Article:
| Department of ECE

1

Travancore Engineering College

Securing Under Water Wireless Communication Networks

ABSTRACT

Underwater wireless communication networks are rates, particularly vulnerable to malicious attacks due to the high bit error large and variable propagation delays, and low bandwidth of acoustic channels. The unique characteristics of the underwater acoustic communication channel and the differences between underwater sensor networks and their ground-based counter parts require the development of efficient and reliable security. In this article, a complete survey of security for UWCNs is presented, and the research challenges for secure communication in this environment are outlined.

| Department of ECE

1

Travancore Engineering College

Securing Under Water Wireless Communication Networks

CHAPTER 1 INTRODUCTION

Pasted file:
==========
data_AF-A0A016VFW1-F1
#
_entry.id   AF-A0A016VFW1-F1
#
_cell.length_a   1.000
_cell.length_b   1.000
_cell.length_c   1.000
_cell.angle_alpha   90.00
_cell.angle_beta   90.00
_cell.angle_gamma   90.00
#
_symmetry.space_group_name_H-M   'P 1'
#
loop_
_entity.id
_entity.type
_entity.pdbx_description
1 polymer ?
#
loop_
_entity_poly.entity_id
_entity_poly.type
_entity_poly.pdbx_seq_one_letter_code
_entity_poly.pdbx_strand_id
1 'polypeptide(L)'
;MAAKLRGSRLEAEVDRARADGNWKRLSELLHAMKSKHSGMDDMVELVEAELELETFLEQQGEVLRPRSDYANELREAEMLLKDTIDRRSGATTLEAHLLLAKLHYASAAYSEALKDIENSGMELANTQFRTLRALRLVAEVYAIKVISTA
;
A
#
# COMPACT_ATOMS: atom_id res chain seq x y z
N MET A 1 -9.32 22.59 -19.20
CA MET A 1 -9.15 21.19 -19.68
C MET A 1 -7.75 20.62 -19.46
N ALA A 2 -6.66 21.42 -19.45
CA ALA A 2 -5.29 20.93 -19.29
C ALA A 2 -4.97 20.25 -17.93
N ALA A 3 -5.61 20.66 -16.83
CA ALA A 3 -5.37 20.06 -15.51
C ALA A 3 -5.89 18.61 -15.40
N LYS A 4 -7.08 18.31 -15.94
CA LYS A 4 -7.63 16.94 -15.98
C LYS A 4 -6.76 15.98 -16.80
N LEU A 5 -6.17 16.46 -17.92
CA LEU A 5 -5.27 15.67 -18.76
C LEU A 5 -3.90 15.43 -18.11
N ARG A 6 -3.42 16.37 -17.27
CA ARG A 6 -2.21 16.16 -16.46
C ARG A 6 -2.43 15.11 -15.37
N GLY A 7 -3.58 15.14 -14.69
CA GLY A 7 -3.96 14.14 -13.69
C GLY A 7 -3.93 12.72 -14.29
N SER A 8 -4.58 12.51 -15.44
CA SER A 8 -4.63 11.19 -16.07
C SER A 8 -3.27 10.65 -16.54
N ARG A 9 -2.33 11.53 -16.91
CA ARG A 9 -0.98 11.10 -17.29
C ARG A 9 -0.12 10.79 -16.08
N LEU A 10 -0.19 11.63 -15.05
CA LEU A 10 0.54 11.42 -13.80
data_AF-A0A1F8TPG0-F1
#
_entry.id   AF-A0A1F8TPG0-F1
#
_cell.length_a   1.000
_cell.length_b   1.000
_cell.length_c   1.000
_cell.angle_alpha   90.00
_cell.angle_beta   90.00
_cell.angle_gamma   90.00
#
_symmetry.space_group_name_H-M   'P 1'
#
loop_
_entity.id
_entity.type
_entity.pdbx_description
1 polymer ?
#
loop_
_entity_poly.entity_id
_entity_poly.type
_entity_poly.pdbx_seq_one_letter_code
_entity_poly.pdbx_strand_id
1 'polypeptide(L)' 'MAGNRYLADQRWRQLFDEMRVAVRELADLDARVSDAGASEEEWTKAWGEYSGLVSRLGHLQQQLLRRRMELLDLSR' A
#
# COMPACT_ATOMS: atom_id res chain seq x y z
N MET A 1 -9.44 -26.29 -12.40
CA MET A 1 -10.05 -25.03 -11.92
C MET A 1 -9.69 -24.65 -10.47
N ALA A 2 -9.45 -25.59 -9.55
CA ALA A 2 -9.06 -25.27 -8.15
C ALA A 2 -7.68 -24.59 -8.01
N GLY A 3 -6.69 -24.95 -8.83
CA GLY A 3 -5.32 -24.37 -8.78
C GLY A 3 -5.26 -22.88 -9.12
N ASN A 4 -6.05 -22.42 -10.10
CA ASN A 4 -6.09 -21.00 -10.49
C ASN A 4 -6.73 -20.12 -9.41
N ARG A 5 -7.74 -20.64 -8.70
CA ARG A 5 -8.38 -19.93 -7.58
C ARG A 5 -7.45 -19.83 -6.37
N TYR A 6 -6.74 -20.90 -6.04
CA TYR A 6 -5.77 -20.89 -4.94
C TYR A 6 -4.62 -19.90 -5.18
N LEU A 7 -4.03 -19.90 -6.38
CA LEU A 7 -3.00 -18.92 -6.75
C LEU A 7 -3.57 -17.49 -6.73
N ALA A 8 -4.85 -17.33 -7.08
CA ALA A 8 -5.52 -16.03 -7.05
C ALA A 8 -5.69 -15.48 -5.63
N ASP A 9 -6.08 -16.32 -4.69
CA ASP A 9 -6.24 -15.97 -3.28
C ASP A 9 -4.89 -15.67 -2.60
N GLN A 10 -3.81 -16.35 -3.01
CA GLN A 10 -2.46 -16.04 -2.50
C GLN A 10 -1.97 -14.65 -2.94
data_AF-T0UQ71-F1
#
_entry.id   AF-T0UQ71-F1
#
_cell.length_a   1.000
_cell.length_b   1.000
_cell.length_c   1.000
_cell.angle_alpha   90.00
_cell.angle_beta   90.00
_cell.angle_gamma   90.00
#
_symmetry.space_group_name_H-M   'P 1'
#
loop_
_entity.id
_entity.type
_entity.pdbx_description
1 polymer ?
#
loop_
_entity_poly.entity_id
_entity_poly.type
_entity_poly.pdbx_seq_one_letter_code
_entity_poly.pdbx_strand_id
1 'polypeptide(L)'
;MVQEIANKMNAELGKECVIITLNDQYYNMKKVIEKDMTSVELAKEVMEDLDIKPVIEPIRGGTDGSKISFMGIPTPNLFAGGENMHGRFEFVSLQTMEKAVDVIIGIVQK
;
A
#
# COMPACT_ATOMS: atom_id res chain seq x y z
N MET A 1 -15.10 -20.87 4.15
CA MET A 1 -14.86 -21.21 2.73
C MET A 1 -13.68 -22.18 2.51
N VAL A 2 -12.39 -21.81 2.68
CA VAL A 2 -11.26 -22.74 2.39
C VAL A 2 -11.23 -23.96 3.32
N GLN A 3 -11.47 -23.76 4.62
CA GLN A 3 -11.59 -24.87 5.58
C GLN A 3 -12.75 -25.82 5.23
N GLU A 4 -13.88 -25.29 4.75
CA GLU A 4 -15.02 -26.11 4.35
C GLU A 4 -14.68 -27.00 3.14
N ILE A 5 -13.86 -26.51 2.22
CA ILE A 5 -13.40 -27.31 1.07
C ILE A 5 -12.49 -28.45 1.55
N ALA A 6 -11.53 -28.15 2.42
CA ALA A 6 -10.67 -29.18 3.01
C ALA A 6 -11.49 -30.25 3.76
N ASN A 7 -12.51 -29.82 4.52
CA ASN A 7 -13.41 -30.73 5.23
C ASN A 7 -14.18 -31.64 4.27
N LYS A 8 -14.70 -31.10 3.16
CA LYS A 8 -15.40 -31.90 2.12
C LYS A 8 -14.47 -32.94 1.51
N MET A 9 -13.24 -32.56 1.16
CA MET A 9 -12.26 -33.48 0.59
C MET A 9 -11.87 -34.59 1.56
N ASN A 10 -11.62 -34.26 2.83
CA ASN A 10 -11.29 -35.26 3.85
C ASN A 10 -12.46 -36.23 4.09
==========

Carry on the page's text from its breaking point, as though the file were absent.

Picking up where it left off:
Underwater wireless communication networks (UWCNs) are constituted by sensors and autonomous underwater vehicles (AUVs) that interact to perform specific applications such as underwater monitoring (Fig. 1) [1]. Coordination and sharing of information between sensors and AUVs make the provision of security challenging. The aquatic environment is particularly vulnerable to malicious attacks due to the high bit error rates, large and variable propagation delays, and low bandwidth of acoustic channels. Achieving reliable intervehicle and sensor-AUV communication is especially difficult due to the mobility of AUVs and the movement of sensors with water currents. The unique characteristics of the underwater acoustic channel, and the differences between underwater sensor networks and their ground based Counterparts r equire the development of efficient and reliable security mechanisms. This article discusses security in UWCNs. It is structured as follows. The following section explains the specific characteristics of UWCNs in comparison with their ground-based counterparts. Next, the possible attacks and countermeasures are introduced. Subsequently, security requirements for UWCNs are described. Later, the research challenges related to secure time Synchronization, localization, and routing are summarized. Finally, the article is concluded.